Flights resume at Heathrow following drone sighting

Heathrow Airport had suspended all departures following a drone sighting. (Getty Images)
Updated 08 January 2019

Flights resume at Heathrow following drone sighting

  • Drone had earlier been sighted at Heathrow Airport
  • Departures were suspended, while planes continued to land

LONDON: London’s Heathrow Airport, Europe’s busiest hub, suspended all departing flights for around an hour Tuesday following a drone sighting, just three weeks after a similar incident at Gatwick caused havoc.
A spokeswoman told AFP at 1835 GMT that flights at the airport, which handles 213,668 passengers a day, had resumed following the interruption.
The Metropolitan Police said they were called at around 1705 GMT and alerted to “reports of a sighting of a drone in the vicinity of Heathrow airport.”
A statement on the airport’s Twitter account earlier said: “We are responding to a drone sighting at Heathrow and are working closely with the Met Police to prevent any threat to operational safety.
“As a precautionary measure, we have stopped departures while we investigate. We apologize to passengers for any inconvenience this may cause,” it said.
Arriving planes, however, continued to land at Heathrow.
Transport Secretary Chris Grayling said “the military are preparing to deploy the equipment used at Gatwick at Heathrow quickly should it prove necessary.”
Some 81 airlines serving 204 destinations operate out of Heathrow, located west of London.
Between December 19 and 21 drone sightings at Gatwick, Britain’s second biggest hub, caused travel misery for tens of thousands of people after flights were suspended.
That disruption came at a particularly busy time in the run-up to Christmas. It raised questions about the security of airports as well as the competence of police in charge after a couple were arrested and released without charge.
The British army had to be deployed to the airport on December 20 after it grounded all flights.
Gatwick has since said it has invested in anti-drone technology, while Heathrow said that it would do so.
In response to the chaos at Gatwick, Grayling on Monday told parliament that drone exclusion zones around British airports were being extended and operators would have to register.
Police will also be allowed to fine users up to £100 ($128) for failing to comply when instructed to land a drone, or not showing registration to operate a drone.
Grayling said the disruption at Gatwick between December 19 and 21 was “deliberate, irresponsible and calculated, as well as illegal.”
The exclusion zone around airports is currently one kilometer (half a mile) and this will be extended to five kilometers.
From November 30 this year, operators of drones weighing between 250g and 20kg will also have to register and take an online pilot competency test.


UK pledges £20m aid for Beirut blast recovery

The blast in Beirut hit a grain silo in the port, exasperating Lebanon's already rising food insecurity. (File/Reuters)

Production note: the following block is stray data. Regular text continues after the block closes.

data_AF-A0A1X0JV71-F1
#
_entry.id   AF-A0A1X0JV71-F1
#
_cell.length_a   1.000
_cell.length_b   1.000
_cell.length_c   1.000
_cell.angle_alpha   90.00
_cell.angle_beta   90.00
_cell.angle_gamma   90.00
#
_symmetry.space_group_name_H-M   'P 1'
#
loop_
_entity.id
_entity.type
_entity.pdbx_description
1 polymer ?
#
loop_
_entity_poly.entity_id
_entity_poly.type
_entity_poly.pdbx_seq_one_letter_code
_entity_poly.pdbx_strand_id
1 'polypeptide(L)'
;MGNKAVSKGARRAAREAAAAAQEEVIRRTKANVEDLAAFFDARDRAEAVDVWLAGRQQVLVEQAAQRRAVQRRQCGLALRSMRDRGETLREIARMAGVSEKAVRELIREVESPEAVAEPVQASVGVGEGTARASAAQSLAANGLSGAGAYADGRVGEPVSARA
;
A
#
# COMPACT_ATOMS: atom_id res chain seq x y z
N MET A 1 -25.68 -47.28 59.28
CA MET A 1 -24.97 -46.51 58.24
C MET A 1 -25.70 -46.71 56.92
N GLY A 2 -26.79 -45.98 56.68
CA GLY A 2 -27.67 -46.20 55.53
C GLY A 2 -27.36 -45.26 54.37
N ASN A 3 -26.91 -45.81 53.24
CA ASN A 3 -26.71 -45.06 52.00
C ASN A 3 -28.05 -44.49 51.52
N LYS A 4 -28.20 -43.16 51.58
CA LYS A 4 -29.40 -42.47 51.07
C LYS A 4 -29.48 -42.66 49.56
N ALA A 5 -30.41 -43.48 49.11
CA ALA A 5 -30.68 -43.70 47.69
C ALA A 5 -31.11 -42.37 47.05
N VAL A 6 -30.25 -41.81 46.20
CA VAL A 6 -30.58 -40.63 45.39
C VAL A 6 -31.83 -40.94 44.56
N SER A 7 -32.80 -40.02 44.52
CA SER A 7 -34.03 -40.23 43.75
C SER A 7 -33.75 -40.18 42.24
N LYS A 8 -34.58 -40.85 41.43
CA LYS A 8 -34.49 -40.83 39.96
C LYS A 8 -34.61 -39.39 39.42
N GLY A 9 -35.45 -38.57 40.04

Updated 09 August 2020

UK pledges £20m aid for Beirut blast recovery

  • World leaders have joined a virtual summit to coordinate an effective humanitarian response to the Beirut blast.
  • French President promises aid will not go to "corrupt hands"

LONDON: The UK has pledged an additional £20 million ($26.09 million) in humanitarian aid to Lebanon in response to last week’s massive explosion in Beirut.

International Development Secretary Anne-Marie Trevelyan said the money would go to the UN’s World Food Programme to help Lebanon’s most vulnerable.

The figure was promised at a virtual summit held Sunday that was convened by French President Emmanuel Macron. World leaders met virtually to formulate a global response to the devastating explosion and ensuing humanitarian and economic crisis.

Trevelyan said: “The devastation we have seen in Lebanon this week has left people without homes, medical care and wondering how long it will be until the country’s food supplies run out. Today the world is coming together to stand by the Lebanese people, and as one of the biggest donors to this crisis so far, the UK is pledging more urgent support to help all those affected by this terrible disaster.”

The UK has already provided £5 million in assistance and paid for specialist medics to respond to health needs on the ground. It will also send a Royal Navy vessel to assist the recovery.

Other European countries have also promised to send humanitarian aid. Germany has pledged 10 million euros ($11.78 million) and the European Union has promised 30 million euros.

Despite the sizable donations, the price tag for rebuilding Beirut is likely to cost billions of dollars.

There is also widespread distrust among the Lebanese population about the government’s ability to effectively coordinate the blast response and to manage the huge influx of cash.

Macron, addressing this concern on his recent trip to Beirut, said: “I guarantee you, this (reconstruction) aid will not go to corrupt hands.”